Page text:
One thing AI may soon have that some people seem to lack is common sense. DARPA has been funding a number of initiatives at different labs that aim to imbue robots with a general sense of what to do if things aren't quite right when they're walking, carrying something or gripping an object.
Ordinarily these models are quite brittle, failing miserably as soon as certain parameters are exceeded or unexpected events occur. Training "common sense" into them means they will be more flexible, with a general sense of how to salvage a situation. These aren't particularly high-level concepts but just smarter ways of handling them. For instance, if something falls outside expected parameters, it can adjust other parameters to counteract it even if they aren't specifically designed to do that.
This doesn't mean robots are going to go around improvising everything — they just won't fail quite so easily or so hard as they currently do. The current research shows that locomotion on rough terrain is better, shifting loads are carried better and unfamiliar objects are gripped better when "common sense" training is included.
The research team at UC Berkeley, by contrast, is lasering in on one domain in particular: climate change. The Berkeley AI Research Climate Initiative (BAIR) -- which launched recently, organized by computer science doctoral candidates Colorado Reed and Medhini Narasimhan and computer science doctoral student Ritwik Gupta -- seeks partners among climate experts, government agencies and industry to achieve goals meaningful for both climate and AI.
One of the first projects the initiative plans to tackle will use an AI technique to combine measurements from aircraft observations of snow and openly available weather and satellite data sources. AI will help to track the life cycle of snow, which isn't currently possible without great effort, enabling the researchers to estimate and predict how much water is in the snow in the Sierra Nevada mountains -- and forecast the impact on the region's streamflow.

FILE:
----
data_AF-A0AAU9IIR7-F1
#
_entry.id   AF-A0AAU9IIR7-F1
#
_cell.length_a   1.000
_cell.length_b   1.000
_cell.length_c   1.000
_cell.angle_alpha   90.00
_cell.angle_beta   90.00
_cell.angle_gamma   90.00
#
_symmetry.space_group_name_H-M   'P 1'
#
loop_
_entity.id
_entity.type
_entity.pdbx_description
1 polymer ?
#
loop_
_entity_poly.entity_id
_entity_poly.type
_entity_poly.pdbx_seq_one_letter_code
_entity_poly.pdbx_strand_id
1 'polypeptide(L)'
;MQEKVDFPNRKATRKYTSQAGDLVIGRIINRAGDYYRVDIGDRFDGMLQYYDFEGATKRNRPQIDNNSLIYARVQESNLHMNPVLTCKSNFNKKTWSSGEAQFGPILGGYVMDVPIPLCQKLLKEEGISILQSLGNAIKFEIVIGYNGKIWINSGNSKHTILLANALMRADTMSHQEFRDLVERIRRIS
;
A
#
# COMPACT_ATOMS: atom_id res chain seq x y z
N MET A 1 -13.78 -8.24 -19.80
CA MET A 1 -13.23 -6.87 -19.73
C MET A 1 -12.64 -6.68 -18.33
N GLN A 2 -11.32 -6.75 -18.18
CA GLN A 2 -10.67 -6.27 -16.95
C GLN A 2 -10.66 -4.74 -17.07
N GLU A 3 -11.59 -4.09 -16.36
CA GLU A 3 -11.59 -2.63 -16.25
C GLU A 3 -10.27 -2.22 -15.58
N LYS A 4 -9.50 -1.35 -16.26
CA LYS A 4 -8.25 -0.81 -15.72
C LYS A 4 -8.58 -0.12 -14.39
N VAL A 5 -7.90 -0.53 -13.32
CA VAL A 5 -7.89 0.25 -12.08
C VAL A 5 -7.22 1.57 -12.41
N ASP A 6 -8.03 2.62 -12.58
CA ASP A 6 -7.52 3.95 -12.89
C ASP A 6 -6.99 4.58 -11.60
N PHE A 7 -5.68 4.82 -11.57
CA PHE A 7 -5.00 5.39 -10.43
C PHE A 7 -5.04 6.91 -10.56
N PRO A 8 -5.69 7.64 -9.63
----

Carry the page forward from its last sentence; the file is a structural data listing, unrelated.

A press release detailing BAIR's efforts notes that the state of snow impacts public health and the economy. Approximately 1.2 billion people rely on snow melt globally for water consumption or other purposes, and the Sierra mountains alone provide water for over half of California’s population.
Any technology or research done by the climate initiative will be openly published and won’t be exclusively licensed, Trevor Darrell, BAIR's co-founding director and a Berkeley computer science professor, said.
A chart showing CO2 output of different AI model training processes. Image Credits: AI2
AI itself is a contributor to climate change as well, though, as it takes enormous computing resources to train models like GPT-3 and DALL-E. The Allen Institute for AI (AI2) did a study on how these training periods could be done intelligently in order to reduce their impact on the climate. It's not a trivial calculation: where electricity is coming from is constantly in flux and peaky usage like a day-long supercomputing run can't just be split up to run next week when the sun is out and solar power is plentiful.
AI2's work looks at the carbon intensity of training various models at various locations and times, part of a larger project at the Green Software Foundation to reduce the footprint of these important but energy-hogging processes.
Last but not least, OpenAI this week revealed Video PreTraining (VPT), a training technique that uses a small amount of labeled data to teach an AI system to complete tasks, like how to craft diamond tools in Minecraft. VPT entails searching the web for videos and having contractors produce data (e.g. 2,000 hours of videos labeled with mouse and keyboard actions), and then training a model to predict actions given past and future video frames. In the last step, the original videos from the web are labeled with the contractor data to train a system to predict actions given only past frames.
OpenAI used Minecraft as a test case for VPT, but the firm claims that the approach is quite general -- representing a step toward "general computer-using agents." In any case, the model is available in open source, as well as the contractor data OpenAI procured for its experiments.